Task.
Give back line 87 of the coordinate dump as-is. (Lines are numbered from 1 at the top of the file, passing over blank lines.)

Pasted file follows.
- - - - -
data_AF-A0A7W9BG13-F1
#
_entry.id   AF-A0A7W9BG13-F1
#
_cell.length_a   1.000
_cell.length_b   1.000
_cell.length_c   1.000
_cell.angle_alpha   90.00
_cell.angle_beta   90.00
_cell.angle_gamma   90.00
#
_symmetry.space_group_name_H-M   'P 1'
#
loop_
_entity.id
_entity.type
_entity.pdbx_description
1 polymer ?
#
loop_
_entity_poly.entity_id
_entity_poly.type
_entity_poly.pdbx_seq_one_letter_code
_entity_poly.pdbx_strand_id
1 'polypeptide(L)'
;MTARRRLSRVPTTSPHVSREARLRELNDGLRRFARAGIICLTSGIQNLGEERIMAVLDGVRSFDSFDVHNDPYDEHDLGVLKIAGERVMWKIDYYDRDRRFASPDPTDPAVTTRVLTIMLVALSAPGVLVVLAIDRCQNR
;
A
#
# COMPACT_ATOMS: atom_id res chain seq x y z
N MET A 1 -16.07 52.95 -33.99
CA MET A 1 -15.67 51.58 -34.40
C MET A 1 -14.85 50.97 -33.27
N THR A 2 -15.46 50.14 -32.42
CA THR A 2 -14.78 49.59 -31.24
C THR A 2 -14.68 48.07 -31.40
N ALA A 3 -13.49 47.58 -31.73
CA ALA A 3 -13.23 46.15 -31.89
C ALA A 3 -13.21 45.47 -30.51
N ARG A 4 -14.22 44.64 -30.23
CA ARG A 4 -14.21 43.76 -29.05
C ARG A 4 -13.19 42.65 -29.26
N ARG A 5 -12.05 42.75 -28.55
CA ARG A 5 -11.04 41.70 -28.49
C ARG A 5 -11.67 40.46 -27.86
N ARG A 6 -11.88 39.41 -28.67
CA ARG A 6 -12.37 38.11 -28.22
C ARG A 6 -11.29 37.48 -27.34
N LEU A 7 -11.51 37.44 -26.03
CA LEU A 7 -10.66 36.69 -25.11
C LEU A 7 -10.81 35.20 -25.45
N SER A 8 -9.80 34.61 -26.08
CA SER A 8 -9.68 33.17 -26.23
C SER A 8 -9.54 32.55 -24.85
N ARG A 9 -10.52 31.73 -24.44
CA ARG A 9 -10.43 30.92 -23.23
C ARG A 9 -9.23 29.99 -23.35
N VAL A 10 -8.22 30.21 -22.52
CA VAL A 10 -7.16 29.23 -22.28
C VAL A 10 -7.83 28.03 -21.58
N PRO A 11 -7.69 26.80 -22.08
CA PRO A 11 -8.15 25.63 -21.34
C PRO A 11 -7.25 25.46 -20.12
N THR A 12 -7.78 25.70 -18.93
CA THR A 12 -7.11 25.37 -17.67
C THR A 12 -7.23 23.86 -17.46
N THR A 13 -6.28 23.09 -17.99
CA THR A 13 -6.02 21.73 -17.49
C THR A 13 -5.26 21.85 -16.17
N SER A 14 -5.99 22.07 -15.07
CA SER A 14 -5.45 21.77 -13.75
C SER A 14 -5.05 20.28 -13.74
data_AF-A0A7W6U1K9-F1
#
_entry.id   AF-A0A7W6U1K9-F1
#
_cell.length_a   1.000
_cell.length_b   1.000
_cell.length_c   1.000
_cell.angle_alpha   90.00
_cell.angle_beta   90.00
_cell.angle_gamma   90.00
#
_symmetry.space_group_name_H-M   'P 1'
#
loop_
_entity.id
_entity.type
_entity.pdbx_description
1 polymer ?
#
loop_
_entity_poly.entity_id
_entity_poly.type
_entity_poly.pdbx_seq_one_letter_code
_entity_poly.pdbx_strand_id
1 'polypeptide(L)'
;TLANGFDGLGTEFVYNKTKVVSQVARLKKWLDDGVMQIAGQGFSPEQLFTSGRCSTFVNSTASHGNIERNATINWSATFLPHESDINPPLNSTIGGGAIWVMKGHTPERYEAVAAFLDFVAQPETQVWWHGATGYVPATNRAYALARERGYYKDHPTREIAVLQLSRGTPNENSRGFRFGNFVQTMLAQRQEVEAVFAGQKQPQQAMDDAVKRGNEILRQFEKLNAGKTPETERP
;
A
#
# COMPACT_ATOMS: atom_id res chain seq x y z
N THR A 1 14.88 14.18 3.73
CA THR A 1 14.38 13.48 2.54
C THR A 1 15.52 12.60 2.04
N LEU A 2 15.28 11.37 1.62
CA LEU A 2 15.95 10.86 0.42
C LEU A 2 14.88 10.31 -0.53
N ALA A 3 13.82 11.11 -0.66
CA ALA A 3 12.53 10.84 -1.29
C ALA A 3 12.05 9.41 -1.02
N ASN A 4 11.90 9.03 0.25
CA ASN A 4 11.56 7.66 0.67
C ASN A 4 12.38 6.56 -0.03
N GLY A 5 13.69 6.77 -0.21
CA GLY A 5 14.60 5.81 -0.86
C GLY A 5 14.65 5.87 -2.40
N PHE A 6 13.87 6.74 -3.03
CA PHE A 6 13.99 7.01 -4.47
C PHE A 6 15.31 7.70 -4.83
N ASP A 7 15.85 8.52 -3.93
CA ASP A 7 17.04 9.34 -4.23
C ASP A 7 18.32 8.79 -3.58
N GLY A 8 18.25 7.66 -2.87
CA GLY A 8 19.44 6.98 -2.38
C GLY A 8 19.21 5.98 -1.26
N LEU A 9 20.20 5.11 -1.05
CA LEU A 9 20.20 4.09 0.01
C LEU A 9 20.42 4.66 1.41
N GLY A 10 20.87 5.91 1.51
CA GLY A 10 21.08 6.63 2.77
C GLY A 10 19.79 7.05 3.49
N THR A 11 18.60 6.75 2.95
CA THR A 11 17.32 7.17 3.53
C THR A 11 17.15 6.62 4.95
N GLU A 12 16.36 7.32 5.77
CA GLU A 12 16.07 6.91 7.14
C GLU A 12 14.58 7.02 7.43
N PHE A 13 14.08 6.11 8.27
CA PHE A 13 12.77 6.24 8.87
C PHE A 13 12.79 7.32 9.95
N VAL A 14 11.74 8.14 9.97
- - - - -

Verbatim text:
_entity.id